As was stated previously, bots have no concept of time so botting that works consistently (ie, hitting low level monsters that are non-aggressive and allow for an easy and small automation process to 'harvest') is more desirable then a bot that gets more experience through 'riskier' botting - those scenarios in which the bot has a chance to fail and must be reset by the human running it, because the bot gets no experience when it is offline.fate wrote:Ceros,
yes, for bots that are `smart' enough to walk across several maps and interact with a simple NPC, this isn't good enough. But at the end of the day, anything we can do can be automated with enough effort, so there is nothing we can do with game mechanics that can't be subverted with clever enough mechanisms.
Your point about nonaggressive monsters is a good one, though. At this point, aggressive monsters are considerably more rewarding, XP wise, so my hopes are that the slower XP progression for bots will make them less appealing and give GMs more time to identify them before they `pay off.'
Can you elaborate on how this mechanism would be annoying for players, though? The way I see it, casual players wouldn't be affected much at all, and only heavy grinders would `suffer' (which I personally consider a bonus, since motivating people to not spend all day standing in a virtual cave, holding one button pressed, seems to be a good thing in the grand scheme of things.
For example, a bot that kills bats with relatively no risk or crashing vs a bot that kills red slimes, snakes and spiders but has a much better chance of dieing due to being overwhelmed, etc.
I think your attitude towards grinding and 'hard core grinding' is disturbing. While not everyone is going to poopsock the hours away grinding to level 99, at the core of the game you have grinding. There is about a week's worth of quest content (much of that is grinding, by the way - 'Bring me 50 Grass Snake Tounges", 'Bring Me 50 Bug Legs' etc) and after that you are left with pretty much just grinding for items you need with extremely small drop rates (or buying it from someone who has).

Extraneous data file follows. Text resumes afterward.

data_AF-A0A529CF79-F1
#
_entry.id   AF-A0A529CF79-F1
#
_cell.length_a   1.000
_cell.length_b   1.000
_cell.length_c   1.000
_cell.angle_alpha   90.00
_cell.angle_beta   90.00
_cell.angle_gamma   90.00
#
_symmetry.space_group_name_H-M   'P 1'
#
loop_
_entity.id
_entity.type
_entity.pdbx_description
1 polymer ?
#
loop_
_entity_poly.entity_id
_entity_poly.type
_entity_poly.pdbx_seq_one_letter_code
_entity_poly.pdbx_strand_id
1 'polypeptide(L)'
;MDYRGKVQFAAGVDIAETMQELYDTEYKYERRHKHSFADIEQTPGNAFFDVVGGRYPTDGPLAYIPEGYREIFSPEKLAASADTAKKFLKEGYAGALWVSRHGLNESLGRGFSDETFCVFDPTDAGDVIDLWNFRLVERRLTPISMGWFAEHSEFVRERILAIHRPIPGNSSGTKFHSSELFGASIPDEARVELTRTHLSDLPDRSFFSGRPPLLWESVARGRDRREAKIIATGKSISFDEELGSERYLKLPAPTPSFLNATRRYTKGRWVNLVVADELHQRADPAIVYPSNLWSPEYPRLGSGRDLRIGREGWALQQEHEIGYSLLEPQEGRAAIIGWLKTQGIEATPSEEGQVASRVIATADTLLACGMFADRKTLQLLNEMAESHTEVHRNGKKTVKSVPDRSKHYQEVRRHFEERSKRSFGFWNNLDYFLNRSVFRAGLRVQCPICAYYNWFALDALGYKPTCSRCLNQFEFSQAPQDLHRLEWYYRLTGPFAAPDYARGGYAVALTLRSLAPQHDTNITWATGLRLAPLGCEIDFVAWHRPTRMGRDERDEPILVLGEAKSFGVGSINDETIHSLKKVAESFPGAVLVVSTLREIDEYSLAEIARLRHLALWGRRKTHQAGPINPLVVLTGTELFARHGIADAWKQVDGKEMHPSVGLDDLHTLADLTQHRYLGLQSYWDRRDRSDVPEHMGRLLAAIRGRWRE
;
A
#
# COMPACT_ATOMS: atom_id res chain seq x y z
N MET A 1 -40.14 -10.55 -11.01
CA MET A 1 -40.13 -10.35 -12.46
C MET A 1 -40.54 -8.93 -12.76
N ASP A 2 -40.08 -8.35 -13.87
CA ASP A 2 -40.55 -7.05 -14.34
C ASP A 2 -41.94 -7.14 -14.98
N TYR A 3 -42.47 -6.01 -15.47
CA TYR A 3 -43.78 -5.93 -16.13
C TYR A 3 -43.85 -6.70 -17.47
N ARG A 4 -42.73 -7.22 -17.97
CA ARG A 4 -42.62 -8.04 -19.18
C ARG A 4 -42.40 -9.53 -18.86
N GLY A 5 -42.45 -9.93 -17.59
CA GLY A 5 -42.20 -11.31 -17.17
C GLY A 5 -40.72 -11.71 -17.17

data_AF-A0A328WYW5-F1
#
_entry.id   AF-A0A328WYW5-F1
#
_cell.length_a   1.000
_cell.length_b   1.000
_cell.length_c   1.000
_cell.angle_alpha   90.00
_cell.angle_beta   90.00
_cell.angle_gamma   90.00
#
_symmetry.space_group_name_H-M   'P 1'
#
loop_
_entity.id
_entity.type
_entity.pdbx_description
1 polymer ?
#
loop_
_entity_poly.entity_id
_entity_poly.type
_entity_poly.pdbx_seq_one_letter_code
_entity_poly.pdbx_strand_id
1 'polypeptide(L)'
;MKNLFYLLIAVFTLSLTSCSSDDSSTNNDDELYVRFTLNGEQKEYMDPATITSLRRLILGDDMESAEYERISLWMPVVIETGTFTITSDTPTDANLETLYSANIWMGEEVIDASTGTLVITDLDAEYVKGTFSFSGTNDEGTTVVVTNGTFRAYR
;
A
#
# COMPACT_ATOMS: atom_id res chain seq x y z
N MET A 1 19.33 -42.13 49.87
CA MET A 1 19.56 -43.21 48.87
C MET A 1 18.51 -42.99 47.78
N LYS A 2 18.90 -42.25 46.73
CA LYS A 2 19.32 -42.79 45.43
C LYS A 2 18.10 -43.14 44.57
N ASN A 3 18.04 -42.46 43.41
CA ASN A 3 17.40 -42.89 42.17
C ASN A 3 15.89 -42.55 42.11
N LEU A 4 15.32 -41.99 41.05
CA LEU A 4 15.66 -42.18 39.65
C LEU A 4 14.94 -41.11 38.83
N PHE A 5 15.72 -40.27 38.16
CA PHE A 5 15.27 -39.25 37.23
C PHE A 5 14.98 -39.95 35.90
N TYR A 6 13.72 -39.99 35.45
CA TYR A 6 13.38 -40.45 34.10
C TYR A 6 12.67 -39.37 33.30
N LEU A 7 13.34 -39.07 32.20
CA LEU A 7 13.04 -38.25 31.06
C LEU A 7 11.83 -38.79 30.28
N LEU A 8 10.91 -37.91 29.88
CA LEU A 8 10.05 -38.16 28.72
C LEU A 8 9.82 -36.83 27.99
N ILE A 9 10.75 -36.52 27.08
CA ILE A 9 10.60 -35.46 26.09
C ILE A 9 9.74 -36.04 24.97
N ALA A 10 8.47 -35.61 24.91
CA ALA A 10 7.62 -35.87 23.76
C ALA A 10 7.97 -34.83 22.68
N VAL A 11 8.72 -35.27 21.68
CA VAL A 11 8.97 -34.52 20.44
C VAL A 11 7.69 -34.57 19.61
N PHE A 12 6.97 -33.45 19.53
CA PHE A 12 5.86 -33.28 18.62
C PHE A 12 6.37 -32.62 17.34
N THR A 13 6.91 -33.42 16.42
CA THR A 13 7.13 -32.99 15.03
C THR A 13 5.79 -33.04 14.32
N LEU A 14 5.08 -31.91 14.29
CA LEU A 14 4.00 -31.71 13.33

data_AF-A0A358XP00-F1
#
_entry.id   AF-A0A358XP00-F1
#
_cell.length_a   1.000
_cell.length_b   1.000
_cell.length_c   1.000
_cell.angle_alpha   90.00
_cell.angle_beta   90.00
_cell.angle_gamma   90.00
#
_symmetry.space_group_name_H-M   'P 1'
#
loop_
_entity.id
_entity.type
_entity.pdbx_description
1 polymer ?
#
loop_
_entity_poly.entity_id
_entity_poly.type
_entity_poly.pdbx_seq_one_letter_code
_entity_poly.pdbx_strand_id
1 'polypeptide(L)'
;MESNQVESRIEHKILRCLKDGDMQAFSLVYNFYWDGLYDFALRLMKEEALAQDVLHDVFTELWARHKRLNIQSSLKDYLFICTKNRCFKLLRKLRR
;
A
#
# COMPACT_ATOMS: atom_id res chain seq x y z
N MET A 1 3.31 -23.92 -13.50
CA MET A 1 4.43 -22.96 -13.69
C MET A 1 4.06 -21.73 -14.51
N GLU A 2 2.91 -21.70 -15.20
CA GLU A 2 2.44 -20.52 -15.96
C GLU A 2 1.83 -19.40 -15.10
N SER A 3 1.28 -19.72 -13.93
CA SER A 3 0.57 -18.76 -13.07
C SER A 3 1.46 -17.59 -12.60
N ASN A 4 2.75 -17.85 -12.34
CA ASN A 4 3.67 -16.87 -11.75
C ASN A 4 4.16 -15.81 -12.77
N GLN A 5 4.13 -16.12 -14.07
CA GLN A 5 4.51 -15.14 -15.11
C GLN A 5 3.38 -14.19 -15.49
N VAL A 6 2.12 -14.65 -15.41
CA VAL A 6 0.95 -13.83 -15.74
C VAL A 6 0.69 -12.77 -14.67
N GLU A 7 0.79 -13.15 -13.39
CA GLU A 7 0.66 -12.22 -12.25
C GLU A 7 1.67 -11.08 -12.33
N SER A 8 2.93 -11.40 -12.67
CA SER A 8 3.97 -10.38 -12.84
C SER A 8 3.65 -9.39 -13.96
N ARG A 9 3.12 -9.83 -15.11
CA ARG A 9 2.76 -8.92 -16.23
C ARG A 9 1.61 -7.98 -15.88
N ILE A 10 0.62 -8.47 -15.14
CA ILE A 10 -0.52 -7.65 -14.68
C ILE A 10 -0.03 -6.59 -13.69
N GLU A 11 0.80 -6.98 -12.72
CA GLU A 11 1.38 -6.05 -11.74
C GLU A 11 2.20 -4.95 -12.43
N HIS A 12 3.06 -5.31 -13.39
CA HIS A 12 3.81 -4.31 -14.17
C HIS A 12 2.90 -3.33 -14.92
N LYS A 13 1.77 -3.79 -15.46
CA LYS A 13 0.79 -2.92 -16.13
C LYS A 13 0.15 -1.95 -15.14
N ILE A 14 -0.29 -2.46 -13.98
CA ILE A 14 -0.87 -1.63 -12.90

For example, Jean Chaps. The drop rate is extremely low for the effort required to kill the creature that drops it and for a player to collect the 10 skins required through combat takes hours and hours. It actually probably takes days of playing (there have been posts bitching about the snake skin drop rate previously). The reason I can sell Snake Skins for 10k a piece is because of the extreme amount of grinding required to get them. Even when players elect to go to the bat caves to earn the money to buy the item or components instead of killing the creature that drops them, they are still grinding for it. It is just easier, safer, and quicker grinding.
But the point is, after your week's worth of quests, your core game mechanic is grinding, followed by a lot of socialization. Someone once said that they considered TMW to be 'IRC with hets" [IRC with hats] - I would propose it is "IRC with hets (and grinding)".
Secondly, while casual players are nice, the heart of any gaming community are the hard core grinders. Those people who show up every day and put in the effort. The people that log on every other day for 20 minutes and then go outside for a walk aren't your target audience here. No one knows their name, if you know what I mean. People like Sugar, freya, wayne etc who are constantly on and are constantly grinding are your core audience.
Lastly, the point of proposing this 'anti-botting combat system' is to remove the human element (e.g. GMs) so saying that safer botting will "give GMs more time to identify them" is a moot point. If we keep GMs then there really isn't any reason to create a system of combat to foil botting because the GMs would be able to identify botting based on reports from another player and by talking to them.